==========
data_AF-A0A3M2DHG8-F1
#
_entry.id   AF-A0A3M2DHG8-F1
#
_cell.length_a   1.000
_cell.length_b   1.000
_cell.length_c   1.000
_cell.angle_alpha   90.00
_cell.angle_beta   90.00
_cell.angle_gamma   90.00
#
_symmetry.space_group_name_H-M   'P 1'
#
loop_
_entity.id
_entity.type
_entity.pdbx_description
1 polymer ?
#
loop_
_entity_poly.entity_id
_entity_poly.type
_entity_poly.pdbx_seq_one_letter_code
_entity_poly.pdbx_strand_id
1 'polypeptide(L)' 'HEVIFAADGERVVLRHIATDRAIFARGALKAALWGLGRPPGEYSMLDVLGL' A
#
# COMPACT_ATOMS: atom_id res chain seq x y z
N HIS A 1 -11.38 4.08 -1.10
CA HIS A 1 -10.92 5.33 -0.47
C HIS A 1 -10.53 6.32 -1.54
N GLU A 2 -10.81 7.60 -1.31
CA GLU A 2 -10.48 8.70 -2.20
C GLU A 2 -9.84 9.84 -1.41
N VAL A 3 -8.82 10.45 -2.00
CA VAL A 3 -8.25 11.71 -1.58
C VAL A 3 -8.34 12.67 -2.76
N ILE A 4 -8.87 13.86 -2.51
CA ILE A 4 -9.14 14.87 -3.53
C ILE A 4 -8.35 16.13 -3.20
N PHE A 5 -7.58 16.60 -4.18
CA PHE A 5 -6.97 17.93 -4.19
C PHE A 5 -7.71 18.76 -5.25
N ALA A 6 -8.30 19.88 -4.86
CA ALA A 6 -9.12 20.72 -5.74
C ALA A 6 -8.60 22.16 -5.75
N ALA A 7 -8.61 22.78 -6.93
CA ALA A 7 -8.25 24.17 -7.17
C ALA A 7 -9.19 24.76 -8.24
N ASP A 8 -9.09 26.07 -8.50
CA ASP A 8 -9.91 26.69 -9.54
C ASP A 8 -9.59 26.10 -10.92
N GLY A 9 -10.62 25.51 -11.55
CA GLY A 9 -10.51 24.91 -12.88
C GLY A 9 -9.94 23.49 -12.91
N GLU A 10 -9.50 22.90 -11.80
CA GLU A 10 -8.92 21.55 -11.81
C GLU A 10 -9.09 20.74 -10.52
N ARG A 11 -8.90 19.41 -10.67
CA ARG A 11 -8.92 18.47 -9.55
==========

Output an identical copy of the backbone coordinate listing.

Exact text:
data_AF-A0A3M2DHG8-F1
#
_entry.id   AF-A0A3M2DHG8-F1
#
_cell.length_a   1.000
_cell.length_b   1.000
_cell.length_c   1.000
_cell.angle_alpha   90.00
_cell.angle_beta   90.00
_cell.angle_gamma   90.00
#
_symmetry.space_group_name_H-M   'P 1'
#
loop_
_entity.id
_entity.type
_entity.pdbx_description
1 polymer ?
#
loop_
_entity_poly.entity_id
_entity_poly.type
_entity_poly.pdbx_seq_one_letter_code
_entity_poly.pdbx_strand_id
1 'polypeptide(L)' 'HEVIFAADGERVVLRHIATDRAIFARGALKAALWGLGRPPGEYSMLDVLGL' A
#
# COMPACT_ATOMS: atom_id res chain seq x y z
N HIS A 1 -11.38 4.08 -1.10
CA HIS A 1 -10.92 5.33 -0.47
C HIS A 1 -10.53 6.32 -1.54
N GLU A 2 -10.81 7.60 -1.31
CA GLU A 2 -10.48 8.70 -2.20
C GLU A 2 -9.84 9.84 -1.41
N VAL A 3 -8.82 10.45 -2.00
CA VAL A 3 -8.25 11.71 -1.58
C VAL A 3 -8.34 12.67 -2.76
N ILE A 4 -8.87 13.86 -2.51
CA ILE A 4 -9.14 14.87 -3.53
C ILE A 4 -8.35 16.13 -3.20
N PHE A 5 -7.58 16.60 -4.18
CA PHE A 5 -6.97 17.93 -4.19
C PHE A 5 -7.71 18.76 -5.25
N ALA A 6 -8.30 19.88 -4.86
CA ALA A 6 -9.12 20.72 -5.74
C ALA A 6 -8.60 22.16 -5.75
N ALA A 7 -8.61 22.78 -6.93
CA ALA A 7 -8.25 24.17 -7.17
C ALA A 7 -9.19 24.76 -8.24
N ASP A 8 -9.09 26.07 -8.50
CA ASP A 8 -9.91 26.69 -9.54
C ASP A 8 -9.59 26.10 -10.92
N GLY A 9 -10.62 25.51 -11.55
CA GLY A 9 -10.51 24.91 -12.88
C GLY A 9 -9.94 23.49 -12.91
N GLU A 10 -9.50 22.90 -11.80
CA GLU A 10 -8.92 21.55 -11.81
C GLU A 10 -9.09 20.74 -10.52
N ARG A 11 -8.90 19.41 -10.67
CA ARG A 11 -8.92 18.47 -9.55